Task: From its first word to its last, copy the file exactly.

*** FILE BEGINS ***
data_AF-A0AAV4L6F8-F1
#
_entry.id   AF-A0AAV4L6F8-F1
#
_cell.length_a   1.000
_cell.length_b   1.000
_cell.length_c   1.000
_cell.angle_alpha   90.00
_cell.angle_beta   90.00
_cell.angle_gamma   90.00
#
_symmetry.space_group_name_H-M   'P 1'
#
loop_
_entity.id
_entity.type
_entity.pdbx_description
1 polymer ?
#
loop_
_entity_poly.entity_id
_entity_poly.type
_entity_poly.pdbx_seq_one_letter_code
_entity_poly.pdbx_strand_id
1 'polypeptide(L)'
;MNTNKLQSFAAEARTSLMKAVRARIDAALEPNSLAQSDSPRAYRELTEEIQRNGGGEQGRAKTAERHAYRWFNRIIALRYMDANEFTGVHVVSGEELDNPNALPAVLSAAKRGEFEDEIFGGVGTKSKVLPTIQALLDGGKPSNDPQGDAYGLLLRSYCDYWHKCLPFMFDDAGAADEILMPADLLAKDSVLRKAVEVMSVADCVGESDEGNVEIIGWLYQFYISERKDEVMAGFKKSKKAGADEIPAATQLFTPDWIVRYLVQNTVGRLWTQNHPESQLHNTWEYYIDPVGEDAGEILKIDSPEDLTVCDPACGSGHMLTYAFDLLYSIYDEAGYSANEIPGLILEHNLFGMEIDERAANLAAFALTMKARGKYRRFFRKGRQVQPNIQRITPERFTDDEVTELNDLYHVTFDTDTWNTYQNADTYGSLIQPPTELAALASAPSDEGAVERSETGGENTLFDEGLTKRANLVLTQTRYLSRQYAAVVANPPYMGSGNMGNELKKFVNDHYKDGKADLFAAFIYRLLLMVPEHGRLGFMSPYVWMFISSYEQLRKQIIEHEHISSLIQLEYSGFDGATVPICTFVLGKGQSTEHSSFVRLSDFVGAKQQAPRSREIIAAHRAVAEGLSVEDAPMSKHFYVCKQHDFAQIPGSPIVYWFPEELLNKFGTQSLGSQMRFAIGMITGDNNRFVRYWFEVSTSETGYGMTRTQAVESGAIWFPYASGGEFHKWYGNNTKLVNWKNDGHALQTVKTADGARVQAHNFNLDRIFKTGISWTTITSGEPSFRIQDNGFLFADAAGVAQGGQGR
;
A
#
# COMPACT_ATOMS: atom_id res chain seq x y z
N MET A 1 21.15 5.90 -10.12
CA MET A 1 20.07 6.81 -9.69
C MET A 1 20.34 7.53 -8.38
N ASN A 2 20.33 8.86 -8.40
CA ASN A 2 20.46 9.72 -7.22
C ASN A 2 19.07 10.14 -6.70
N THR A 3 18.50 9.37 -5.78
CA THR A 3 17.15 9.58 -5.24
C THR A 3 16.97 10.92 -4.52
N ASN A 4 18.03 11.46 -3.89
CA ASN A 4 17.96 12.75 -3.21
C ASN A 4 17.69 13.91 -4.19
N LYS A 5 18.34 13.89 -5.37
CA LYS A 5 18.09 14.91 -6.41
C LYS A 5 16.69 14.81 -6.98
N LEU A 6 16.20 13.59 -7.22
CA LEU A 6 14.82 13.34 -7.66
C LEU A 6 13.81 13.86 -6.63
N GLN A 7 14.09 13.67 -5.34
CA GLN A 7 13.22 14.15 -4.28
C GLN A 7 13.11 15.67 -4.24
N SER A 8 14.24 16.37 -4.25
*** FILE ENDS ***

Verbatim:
data_AF-A0AAV4L6F8-F1
#
_entry.id   AF-A0AAV4L6F8-F1
#
_cell.length_a   1.000
_cell.length_b   1.000
_cell.length_c   1.000
_cell.angle_alpha   90.00
_cell.angle_beta   90.00
_cell.angle_gamma   90.00
#
_symmetry.space_group_name_H-M   'P 1'
#
loop_
_entity.id
_entity.type
_entity.pdbx_description
1 polymer ?
#
loop_
_entity_poly.entity_id
_entity_poly.type
_entity_poly.pdbx_seq_one_letter_code
_entity_poly.pdbx_strand_id
1 'polypeptide(L)'
;MNTNKLQSFAAEARTSLMKAVRARIDAALEPNSLAQSDSPRAYRELTEEIQRNGGGEQGRAKTAERHAYRWFNRIIALRYMDANEFTGVHVVSGEELDNPNALPAVLSAAKRGEFEDEIFGGVGTKSKVLPTIQALLDGGKPSNDPQGDAYGLLLRSYCDYWHKCLPFMFDDAGAADEILMPADLLAKDSVLRKAVEVMSVADCVGESDEGNVEIIGWLYQFYISERKDEVMAGFKKSKKAGADEIPAATQLFTPDWIVRYLVQNTVGRLWTQNHPESQLHNTWEYYIDPVGEDAGEILKIDSPEDLTVCDPACGSGHMLTYAFDLLYSIYDEAGYSANEIPGLILEHNLFGMEIDERAANLAAFALTMKARGKYRRFFRKGRQVQPNIQRITPERFTDDEVTELNDLYHVTFDTDTWNTYQNADTYGSLIQPPTELAALASAPSDEGAVERSETGGENTLFDEGLTKRANLVLTQTRYLSRQYAAVVANPPYMGSGNMGNELKKFVNDHYKDGKADLFAAFIYRLLLMVPEHGRLGFMSPYVWMFISSYEQLRKQIIEHEHISSLIQLEYSGFDGATVPICTFVLGKGQSTEHSSFVRLSDFVGAKQQAPRSREIIAAHRAVAEGLSVEDAPMSKHFYVCKQHDFAQIPGSPIVYWFPEELLNKFGTQSLGSQMRFAIGMITGDNNRFVRYWFEVSTSETGYGMTRTQAVESGAIWFPYASGGEFHKWYGNNTKLVNWKNDGHALQTVKTADGARVQAHNFNLDRIFKTGISWTTITSGEPSFRIQDNGFLFADAAGVAQGGQGR
;
A
#
# COMPACT_ATOMS: atom_id res chain seq x y z
N MET A 1 21.15 5.90 -10.12
CA MET A 1 20.07 6.81 -9.69
C MET A 1 20.34 7.53 -8.38
N ASN A 2 20.33 8.86 -8.40
CA ASN A 2 20.46 9.72 -7.22
C ASN A 2 19.07 10.14 -6.70
N THR A 3 18.50 9.37 -5.78
CA THR A 3 17.15 9.58 -5.24
C THR A 3 16.97 10.92 -4.52
N ASN A 4 18.03 11.46 -3.89
CA ASN A 4 17.96 12.75 -3.21
C ASN A 4 17.69 13.91 -4.19
N LYS A 5 18.34 13.89 -5.37
CA LYS A 5 18.09 14.91 -6.41
C LYS A 5 16.69 14.81 -6.98
N LEU A 6 16.20 13.59 -7.22
CA LEU A 6 14.82 13.34 -7.66
C LEU A 6 13.81 13.86 -6.63
N GLN A 7 14.09 13.67 -5.34
CA GLN A 7 13.22 14.15 -4.28
C GLN A 7 13.11 15.67 -4.24
N SER A 8 14.24 16.37 -4.25